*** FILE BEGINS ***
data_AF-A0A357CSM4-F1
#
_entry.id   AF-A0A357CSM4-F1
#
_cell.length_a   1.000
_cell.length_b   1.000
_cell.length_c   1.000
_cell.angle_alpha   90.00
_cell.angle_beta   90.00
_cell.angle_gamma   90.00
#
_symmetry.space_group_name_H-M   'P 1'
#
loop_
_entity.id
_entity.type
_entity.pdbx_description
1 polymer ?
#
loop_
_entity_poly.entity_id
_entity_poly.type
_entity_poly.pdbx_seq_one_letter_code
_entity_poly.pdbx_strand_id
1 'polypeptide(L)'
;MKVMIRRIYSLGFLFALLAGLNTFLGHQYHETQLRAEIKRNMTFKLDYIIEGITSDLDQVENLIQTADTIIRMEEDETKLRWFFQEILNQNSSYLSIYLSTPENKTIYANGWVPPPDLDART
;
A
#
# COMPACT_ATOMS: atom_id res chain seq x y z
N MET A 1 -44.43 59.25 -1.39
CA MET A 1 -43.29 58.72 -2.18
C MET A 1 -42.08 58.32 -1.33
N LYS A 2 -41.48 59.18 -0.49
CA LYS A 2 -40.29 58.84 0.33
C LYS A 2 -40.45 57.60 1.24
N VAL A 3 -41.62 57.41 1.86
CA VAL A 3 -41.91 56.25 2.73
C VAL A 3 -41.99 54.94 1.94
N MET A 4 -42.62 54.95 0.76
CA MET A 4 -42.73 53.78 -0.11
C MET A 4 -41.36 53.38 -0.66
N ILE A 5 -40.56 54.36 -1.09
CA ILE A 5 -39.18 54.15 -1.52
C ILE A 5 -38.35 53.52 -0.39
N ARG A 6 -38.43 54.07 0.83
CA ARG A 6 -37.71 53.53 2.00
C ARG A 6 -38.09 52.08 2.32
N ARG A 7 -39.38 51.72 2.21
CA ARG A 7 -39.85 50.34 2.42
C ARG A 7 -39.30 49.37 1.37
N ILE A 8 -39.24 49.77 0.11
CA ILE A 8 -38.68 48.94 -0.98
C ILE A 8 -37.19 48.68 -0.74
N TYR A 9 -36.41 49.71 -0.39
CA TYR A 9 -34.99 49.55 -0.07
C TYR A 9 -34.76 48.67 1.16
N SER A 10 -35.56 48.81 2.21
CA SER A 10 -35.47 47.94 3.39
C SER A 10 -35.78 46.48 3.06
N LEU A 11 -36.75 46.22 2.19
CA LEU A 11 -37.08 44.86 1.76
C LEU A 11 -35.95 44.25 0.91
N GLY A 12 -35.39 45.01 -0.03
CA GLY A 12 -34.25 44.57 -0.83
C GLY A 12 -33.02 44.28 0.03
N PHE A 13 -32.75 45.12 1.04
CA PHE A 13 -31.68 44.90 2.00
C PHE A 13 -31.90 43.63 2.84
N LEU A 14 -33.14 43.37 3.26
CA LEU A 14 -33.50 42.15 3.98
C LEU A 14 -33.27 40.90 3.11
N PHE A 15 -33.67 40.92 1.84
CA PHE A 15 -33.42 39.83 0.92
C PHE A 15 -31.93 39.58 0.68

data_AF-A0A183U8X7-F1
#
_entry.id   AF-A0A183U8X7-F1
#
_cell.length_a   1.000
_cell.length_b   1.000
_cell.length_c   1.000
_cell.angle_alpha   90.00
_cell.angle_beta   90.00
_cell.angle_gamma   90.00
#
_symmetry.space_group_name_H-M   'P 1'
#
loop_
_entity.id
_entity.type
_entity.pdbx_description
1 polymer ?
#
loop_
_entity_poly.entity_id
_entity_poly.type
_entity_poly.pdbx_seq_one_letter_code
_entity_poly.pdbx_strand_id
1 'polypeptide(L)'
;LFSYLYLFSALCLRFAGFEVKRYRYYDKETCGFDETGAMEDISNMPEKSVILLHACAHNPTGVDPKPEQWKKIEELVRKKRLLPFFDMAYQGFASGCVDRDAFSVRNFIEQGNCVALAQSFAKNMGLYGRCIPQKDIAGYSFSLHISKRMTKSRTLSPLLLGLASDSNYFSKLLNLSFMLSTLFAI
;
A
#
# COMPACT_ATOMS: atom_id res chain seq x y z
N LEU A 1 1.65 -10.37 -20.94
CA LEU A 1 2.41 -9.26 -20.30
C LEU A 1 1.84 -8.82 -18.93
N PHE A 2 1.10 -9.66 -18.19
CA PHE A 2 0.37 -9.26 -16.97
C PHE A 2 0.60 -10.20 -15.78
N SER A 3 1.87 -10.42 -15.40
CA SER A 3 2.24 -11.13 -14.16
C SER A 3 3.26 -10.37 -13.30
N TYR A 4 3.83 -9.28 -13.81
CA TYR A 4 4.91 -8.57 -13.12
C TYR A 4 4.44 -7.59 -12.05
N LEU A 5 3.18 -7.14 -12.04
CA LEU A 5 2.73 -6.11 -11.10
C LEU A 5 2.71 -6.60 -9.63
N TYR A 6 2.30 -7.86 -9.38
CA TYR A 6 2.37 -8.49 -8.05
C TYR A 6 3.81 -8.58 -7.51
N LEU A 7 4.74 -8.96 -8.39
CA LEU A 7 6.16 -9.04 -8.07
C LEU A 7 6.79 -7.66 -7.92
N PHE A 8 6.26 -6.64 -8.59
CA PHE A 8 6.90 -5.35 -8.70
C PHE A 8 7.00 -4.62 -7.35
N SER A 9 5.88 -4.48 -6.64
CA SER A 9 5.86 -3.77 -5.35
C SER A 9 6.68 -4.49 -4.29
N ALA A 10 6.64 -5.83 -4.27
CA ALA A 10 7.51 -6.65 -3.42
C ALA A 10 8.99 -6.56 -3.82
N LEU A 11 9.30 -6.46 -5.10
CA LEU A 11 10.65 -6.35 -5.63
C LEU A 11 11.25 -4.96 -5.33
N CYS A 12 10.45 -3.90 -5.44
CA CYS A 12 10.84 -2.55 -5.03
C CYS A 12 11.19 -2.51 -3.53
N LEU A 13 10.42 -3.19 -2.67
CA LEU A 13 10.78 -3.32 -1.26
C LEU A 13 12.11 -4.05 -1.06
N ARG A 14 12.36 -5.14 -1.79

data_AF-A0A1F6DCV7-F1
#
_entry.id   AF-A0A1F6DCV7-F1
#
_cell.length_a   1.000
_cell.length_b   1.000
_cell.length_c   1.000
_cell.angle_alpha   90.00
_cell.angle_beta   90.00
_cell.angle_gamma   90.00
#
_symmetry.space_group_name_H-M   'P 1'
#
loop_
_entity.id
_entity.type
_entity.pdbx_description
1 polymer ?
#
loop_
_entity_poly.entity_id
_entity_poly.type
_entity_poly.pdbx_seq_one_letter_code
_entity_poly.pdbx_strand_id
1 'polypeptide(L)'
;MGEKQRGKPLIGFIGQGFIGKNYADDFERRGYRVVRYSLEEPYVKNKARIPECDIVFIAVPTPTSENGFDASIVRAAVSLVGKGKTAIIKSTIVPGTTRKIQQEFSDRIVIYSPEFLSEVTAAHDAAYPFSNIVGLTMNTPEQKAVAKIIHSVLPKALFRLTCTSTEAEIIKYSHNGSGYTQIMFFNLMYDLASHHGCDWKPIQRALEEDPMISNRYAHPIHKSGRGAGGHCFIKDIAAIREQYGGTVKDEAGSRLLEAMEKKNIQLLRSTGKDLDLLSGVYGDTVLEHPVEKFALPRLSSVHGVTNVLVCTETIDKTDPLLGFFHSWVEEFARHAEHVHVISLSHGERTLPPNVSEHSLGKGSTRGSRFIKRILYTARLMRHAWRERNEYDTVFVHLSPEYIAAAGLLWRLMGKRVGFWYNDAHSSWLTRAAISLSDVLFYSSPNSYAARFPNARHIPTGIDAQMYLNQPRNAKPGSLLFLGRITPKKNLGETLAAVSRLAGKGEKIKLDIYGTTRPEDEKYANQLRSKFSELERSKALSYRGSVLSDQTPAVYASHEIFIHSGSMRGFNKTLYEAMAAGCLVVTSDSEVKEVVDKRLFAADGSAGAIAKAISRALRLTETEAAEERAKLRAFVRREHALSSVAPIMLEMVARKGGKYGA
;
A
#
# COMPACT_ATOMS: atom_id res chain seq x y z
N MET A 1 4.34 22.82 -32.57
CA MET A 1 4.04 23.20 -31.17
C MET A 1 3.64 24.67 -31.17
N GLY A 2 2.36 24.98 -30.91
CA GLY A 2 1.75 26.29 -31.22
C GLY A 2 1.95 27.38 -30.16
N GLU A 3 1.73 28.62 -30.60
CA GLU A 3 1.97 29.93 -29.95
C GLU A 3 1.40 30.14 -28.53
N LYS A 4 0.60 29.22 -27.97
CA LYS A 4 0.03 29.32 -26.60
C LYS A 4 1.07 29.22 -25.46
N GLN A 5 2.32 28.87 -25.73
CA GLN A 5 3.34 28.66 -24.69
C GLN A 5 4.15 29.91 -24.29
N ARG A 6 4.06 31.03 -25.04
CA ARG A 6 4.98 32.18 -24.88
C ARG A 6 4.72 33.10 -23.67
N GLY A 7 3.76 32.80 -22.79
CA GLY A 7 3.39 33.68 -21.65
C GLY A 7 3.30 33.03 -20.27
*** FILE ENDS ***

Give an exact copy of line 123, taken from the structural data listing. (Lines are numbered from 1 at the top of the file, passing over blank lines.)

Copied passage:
C TYR A 6 3.81 -8.58 -7.51